Beware the email bearing Google Docs.
The internet has been a-buzz with reports of a new phishing attack that masquerades as a Google Doc. Relying on either addresses you don’t know or hacked contacts from your email address book, the messages invited others to click open a shared Google Doc, but was actually intended to install a virus.
Emailed phishing attacks containing viruses are nothing new, of course. In the past, would-be hackers have relied on macro-based attacks coming through as Word doc attachments, then moved on to hyperlinks once word began to spread about the attachments. Lately, the macro attacks have begun to see a resurgence as a younger generation of tech user (ones who were never told not to open unexpected attachments) started to shy away from clicking links in emails.
Google HR and Ubisoft
This round of attacks seemed to have originated from Google HR offering the recipient a job, to Ubisoft reaching out to gamers with information. Other tweets throughout the day yesterday mentioned journalists specifically as the potential target, which speaks to some of the emails apparently originating from “sources” that pretended to have information to disclose. Basically, any means of getting the recipient to click on the email and then on the bogus document link were deployed.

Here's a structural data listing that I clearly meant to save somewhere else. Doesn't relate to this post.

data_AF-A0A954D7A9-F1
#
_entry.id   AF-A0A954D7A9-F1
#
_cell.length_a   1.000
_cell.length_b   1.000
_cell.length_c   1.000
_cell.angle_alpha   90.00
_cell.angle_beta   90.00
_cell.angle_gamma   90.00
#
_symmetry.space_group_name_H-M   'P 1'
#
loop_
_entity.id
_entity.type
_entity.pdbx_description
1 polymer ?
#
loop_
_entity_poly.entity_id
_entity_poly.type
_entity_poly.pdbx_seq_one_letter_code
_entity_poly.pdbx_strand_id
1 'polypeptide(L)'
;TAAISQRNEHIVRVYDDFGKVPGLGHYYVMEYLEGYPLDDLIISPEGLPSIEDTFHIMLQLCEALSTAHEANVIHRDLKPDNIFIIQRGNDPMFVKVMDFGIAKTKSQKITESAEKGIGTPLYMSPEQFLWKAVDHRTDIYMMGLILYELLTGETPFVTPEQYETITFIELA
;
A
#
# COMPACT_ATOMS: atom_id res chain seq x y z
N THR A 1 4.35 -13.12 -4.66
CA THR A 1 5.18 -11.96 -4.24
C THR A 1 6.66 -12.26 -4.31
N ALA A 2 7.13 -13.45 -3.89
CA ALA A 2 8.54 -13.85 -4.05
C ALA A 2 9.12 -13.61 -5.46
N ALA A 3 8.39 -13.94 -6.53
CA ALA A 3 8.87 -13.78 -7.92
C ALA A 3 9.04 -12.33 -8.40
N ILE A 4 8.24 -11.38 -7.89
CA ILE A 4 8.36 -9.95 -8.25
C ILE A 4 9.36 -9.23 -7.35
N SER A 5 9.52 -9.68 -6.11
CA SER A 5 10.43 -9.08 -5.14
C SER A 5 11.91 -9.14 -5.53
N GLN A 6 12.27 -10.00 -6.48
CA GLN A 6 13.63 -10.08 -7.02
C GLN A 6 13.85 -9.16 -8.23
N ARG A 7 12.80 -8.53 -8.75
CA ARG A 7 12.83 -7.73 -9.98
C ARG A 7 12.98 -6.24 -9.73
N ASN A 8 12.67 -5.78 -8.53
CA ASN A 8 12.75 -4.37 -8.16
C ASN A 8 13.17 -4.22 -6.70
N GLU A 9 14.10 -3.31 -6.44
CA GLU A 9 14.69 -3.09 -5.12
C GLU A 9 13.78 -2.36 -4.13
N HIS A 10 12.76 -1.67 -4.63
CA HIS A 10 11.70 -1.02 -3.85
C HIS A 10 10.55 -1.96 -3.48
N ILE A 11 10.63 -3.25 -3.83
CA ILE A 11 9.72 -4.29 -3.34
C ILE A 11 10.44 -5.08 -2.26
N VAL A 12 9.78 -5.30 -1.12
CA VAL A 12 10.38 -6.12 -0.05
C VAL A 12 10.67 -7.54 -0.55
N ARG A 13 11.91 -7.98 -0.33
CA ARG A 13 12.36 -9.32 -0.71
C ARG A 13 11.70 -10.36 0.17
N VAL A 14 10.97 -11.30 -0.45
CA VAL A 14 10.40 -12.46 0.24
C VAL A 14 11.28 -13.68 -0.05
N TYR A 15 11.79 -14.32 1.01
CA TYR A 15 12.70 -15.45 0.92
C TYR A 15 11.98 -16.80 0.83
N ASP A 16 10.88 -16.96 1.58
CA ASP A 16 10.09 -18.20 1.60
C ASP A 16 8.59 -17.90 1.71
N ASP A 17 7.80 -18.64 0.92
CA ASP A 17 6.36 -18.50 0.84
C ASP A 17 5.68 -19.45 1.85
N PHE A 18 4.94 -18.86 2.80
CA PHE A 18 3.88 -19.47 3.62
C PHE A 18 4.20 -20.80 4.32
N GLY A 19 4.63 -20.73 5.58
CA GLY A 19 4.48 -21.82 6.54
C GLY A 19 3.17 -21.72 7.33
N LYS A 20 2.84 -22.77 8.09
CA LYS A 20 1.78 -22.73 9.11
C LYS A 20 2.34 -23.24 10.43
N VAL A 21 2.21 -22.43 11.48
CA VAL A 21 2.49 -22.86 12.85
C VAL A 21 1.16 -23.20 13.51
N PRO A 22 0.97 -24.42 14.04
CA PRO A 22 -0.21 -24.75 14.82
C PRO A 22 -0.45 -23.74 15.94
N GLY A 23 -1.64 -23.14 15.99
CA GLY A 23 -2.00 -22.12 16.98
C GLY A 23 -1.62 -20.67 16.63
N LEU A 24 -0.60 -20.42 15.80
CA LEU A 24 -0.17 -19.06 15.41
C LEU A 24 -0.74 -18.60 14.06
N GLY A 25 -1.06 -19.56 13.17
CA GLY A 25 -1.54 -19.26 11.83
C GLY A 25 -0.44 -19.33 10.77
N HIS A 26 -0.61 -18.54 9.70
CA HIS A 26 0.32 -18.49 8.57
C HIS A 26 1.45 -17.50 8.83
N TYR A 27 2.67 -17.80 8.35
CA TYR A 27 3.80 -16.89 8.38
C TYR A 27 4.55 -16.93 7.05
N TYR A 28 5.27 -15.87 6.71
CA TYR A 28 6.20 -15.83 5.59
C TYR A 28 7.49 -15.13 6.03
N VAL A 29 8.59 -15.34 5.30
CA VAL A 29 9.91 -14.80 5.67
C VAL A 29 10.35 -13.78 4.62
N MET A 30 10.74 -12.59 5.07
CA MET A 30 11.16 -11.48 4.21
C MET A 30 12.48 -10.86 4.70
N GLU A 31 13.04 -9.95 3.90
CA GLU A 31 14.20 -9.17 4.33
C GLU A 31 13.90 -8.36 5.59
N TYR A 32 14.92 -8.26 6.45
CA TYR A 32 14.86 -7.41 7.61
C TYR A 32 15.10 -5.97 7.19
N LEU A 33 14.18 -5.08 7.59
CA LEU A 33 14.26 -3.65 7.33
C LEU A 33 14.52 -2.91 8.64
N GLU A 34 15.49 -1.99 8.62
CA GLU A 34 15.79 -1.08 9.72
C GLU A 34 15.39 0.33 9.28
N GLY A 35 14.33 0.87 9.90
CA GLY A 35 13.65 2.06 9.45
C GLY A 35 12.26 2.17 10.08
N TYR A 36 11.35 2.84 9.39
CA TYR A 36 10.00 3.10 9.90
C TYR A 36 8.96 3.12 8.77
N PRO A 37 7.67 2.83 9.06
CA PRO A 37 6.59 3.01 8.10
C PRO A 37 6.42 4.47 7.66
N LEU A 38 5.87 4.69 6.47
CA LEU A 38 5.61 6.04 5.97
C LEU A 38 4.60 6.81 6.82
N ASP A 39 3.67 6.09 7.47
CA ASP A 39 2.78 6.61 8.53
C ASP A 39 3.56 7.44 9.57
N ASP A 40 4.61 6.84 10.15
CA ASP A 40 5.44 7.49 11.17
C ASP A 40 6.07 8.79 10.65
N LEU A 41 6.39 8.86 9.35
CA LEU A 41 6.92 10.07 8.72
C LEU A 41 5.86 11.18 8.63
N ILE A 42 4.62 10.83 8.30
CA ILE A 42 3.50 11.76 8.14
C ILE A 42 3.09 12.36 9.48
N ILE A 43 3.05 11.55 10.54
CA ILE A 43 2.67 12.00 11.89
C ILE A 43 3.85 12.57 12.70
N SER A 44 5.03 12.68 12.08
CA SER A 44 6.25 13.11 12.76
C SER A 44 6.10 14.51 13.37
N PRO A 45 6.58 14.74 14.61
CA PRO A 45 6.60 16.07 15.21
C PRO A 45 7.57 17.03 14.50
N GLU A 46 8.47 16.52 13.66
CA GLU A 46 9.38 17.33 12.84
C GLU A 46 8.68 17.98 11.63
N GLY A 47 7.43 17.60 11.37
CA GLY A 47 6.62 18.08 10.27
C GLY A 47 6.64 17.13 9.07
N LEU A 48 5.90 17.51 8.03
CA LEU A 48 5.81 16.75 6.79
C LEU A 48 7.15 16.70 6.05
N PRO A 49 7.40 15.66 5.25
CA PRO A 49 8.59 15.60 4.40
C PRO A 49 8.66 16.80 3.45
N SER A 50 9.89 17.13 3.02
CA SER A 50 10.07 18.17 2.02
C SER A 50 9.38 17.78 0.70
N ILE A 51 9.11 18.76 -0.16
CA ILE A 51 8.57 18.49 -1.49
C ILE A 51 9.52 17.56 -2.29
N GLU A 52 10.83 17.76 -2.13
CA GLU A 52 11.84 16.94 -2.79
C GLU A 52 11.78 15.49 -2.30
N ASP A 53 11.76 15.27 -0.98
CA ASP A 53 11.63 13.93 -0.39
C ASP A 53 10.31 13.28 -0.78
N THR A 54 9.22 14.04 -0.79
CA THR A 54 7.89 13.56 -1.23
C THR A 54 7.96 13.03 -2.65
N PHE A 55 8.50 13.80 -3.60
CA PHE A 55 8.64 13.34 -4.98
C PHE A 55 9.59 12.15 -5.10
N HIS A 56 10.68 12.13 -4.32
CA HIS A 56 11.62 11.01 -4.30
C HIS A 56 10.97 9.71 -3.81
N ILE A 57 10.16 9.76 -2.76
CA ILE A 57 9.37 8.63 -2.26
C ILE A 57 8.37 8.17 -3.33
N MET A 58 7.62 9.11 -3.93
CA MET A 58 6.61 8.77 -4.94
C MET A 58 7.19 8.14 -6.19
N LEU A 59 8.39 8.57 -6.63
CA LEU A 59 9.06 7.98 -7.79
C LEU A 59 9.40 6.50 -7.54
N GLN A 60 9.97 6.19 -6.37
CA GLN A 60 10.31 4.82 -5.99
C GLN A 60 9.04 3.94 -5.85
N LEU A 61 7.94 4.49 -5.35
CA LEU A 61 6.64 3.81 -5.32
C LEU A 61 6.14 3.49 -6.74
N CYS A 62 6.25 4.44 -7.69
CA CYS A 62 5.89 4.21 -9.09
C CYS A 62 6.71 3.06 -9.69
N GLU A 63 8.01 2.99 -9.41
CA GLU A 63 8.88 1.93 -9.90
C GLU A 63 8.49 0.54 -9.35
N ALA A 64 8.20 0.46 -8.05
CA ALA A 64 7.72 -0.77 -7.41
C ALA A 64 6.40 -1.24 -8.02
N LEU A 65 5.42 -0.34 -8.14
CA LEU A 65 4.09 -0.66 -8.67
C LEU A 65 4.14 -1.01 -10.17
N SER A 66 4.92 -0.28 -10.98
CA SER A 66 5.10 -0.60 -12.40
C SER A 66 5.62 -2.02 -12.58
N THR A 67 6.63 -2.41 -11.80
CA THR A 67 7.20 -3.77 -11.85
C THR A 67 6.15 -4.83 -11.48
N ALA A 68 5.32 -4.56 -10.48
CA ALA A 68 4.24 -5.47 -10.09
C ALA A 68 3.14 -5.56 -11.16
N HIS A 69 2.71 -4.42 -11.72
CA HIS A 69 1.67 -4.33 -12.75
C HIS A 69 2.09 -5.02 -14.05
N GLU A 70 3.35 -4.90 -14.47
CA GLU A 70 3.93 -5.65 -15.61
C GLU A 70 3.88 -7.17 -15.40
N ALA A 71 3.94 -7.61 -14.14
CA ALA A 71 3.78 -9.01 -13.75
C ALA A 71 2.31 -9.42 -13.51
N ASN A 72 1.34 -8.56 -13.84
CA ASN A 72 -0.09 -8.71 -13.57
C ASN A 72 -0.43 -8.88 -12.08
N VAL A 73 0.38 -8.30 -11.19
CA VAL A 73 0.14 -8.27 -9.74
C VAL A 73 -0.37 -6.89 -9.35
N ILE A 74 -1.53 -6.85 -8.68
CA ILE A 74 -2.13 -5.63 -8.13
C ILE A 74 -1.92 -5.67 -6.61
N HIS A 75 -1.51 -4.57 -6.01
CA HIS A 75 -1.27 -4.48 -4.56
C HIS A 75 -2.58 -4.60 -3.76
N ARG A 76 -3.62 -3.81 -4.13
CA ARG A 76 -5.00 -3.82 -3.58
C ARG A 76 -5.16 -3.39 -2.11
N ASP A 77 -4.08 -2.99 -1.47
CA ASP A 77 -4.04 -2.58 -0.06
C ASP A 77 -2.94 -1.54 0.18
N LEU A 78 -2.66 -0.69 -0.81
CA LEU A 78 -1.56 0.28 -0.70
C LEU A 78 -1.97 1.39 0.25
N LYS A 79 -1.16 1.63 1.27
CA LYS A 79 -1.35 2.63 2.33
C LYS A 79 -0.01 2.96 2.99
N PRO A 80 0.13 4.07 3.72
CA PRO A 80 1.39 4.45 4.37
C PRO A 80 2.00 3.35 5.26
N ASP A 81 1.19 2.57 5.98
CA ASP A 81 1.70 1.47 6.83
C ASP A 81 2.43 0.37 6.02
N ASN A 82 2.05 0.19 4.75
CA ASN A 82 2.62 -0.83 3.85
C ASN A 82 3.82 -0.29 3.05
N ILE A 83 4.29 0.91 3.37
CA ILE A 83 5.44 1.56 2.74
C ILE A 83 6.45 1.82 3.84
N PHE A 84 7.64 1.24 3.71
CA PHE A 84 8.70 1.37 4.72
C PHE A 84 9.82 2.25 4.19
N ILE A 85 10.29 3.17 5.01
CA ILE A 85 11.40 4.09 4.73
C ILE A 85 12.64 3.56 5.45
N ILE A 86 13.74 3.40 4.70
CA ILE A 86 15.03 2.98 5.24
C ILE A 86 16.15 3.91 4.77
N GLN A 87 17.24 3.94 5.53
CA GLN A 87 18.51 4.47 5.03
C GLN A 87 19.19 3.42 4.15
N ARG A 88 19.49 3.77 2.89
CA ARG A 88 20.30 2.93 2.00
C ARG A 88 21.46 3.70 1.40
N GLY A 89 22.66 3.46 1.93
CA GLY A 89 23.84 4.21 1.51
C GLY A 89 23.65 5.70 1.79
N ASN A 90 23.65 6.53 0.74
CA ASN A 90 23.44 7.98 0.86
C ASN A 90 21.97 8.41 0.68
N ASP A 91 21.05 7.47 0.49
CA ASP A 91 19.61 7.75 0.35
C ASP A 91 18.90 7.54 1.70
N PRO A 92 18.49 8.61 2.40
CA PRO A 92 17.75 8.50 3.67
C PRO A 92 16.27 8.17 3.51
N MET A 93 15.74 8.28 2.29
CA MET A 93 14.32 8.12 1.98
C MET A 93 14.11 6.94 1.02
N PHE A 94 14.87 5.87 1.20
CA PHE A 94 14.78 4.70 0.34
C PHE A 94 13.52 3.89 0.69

Accounts shut down
Fortunately, of all the methods for sending out a worm that hackers could have tried, they had to mess with Google. For its part, Google shut down the offending accounts and had stopped the worm’s spread within an hour. All that you did if you fell for it was unleash the worm on your contacts list, but that doesn’t mean you should laugh it off and forget about it. It’s still a good idea to change your Google account password, which is really something you should be doing on a regular basis anyway. The company itself has stated that there’s really no need for further security action, but that it’s a good idea to run a Google Security Checkup against any apps you use that rely on your Google account.